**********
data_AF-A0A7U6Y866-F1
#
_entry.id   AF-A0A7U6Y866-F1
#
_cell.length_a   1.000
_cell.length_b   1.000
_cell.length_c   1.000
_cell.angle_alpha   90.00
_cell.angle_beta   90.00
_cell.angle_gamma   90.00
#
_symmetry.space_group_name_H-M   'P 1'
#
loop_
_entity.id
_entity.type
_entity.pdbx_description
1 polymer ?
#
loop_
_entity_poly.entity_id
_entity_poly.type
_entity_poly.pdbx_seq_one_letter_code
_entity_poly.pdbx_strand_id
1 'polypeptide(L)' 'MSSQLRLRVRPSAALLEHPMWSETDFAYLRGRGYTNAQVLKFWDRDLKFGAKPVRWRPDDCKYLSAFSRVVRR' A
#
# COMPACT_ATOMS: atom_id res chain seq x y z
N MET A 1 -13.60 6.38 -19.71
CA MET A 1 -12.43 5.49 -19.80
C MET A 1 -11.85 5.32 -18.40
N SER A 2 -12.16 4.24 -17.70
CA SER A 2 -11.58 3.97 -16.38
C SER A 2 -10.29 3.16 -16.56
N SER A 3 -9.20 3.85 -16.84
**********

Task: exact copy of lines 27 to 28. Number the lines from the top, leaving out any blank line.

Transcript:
# COMPACT_ATOMS: atom_id res chain seq x y z
N MET A 1 -13.60 6.38 -19.71